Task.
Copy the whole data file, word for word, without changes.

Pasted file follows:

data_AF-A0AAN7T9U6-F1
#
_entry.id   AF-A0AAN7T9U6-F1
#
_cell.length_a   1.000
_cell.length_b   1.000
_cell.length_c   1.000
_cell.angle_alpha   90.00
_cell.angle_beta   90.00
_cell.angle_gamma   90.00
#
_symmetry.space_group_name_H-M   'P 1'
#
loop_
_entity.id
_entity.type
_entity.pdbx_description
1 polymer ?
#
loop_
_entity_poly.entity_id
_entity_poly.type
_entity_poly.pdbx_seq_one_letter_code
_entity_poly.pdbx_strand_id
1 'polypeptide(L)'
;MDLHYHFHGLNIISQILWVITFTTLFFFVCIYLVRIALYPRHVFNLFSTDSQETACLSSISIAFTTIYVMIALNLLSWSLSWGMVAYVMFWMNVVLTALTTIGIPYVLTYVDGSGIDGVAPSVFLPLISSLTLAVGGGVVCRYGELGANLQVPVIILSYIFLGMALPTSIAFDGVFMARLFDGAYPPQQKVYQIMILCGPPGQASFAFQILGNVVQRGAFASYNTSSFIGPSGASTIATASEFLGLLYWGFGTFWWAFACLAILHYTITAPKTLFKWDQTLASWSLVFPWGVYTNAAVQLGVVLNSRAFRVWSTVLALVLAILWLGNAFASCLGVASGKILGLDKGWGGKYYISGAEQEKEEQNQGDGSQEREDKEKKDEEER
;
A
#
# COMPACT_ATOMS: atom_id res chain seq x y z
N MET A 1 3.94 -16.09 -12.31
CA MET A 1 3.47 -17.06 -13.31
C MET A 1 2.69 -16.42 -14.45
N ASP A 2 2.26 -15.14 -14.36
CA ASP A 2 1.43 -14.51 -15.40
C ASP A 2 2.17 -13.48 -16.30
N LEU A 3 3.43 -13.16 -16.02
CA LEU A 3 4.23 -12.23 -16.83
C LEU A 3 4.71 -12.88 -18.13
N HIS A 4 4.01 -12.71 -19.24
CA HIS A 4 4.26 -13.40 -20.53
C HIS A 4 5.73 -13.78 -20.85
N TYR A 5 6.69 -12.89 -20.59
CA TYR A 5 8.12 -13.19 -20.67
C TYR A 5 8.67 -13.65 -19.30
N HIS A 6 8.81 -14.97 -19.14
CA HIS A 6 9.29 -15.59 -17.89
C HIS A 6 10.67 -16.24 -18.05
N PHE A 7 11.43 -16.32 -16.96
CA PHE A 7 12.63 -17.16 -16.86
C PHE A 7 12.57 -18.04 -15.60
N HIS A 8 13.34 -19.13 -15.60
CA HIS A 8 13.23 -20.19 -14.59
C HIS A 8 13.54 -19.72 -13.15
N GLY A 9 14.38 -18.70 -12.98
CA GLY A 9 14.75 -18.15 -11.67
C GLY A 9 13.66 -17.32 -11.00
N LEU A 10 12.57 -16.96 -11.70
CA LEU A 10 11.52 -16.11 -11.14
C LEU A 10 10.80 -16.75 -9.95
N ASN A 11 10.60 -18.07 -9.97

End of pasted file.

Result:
data_AF-A0AAN7T9U6-F1
#
_entry.id   AF-A0AAN7T9U6-F1
#
_cell.length_a   1.000
_cell.length_b   1.000
_cell.length_c   1.000
_cell.angle_alpha   90.00
_cell.angle_beta   90.00
_cell.angle_gamma   90.00
#
_symmetry.space_group_name_H-M   'P 1'
#
loop_
_entity.id
_entity.type
_entity.pdbx_description
1 polymer ?
#
loop_
_entity_poly.entity_id
_entity_poly.type
_entity_poly.pdbx_seq_one_letter_code
_entity_poly.pdbx_strand_id
1 'polypeptide(L)'
;MDLHYHFHGLNIISQILWVITFTTLFFFVCIYLVRIALYPRHVFNLFSTDSQETACLSSISIAFTTIYVMIALNLLSWSLSWGMVAYVMFWMNVVLTALTTIGIPYVLTYVDGSGIDGVAPSVFLPLISSLTLAVGGGVVCRYGELGANLQVPVIILSYIFLGMALPTSIAFDGVFMARLFDGAYPPQQKVYQIMILCGPPGQASFAFQILGNVVQRGAFASYNTSSFIGPSGASTIATASEFLGLLYWGFGTFWWAFACLAILHYTITAPKTLFKWDQTLASWSLVFPWGVYTNAAVQLGVVLNSRAFRVWSTVLALVLAILWLGNAFASCLGVASGKILGLDKGWGGKYYISGAEQEKEEQNQGDGSQEREDKEKKDEEER
;
A
#
# COMPACT_ATOMS: atom_id res chain seq x y z
N MET A 1 3.94 -16.09 -12.31
CA MET A 1 3.47 -17.06 -13.31
C MET A 1 2.69 -16.42 -14.45
N ASP A 2 2.26 -15.14 -14.36
CA ASP A 2 1.43 -14.51 -15.40
C ASP A 2 2.17 -13.48 -16.30
N LEU A 3 3.43 -13.16 -16.02
CA LEU A 3 4.23 -12.23 -16.83
C LEU A 3 4.71 -12.88 -18.13
N HIS A 4 4.01 -12.71 -19.24
CA HIS A 4 4.26 -13.40 -20.53
C HIS A 4 5.73 -13.78 -20.85
N TYR A 5 6.69 -12.89 -20.59
CA TYR A 5 8.12 -13.19 -20.67
C TYR A 5 8.67 -13.65 -19.30
N HIS A 6 8.81 -14.97 -19.14
CA HIS A 6 9.29 -15.59 -17.89
C HIS A 6 10.67 -16.24 -18.05
N PHE A 7 11.43 -16.32 -16.96
CA PHE A 7 12.63 -17.16 -16.86
C PHE A 7 12.57 -18.04 -15.60
N HIS A 8 13.34 -19.13 -15.60
CA HIS A 8 13.23 -20.19 -14.59
C HIS A 8 13.54 -19.72 -13.15
N GLY A 9 14.38 -18.70 -12.98
CA GLY A 9 14.75 -18.15 -11.67
C GLY A 9 13.66 -17.32 -11.00
N LEU A 10 12.57 -16.96 -11.70
CA LEU A 10 11.52 -16.11 -11.14
C LEU A 10 10.80 -16.75 -9.95
N ASN A 11 10.60 -18.07 -9.97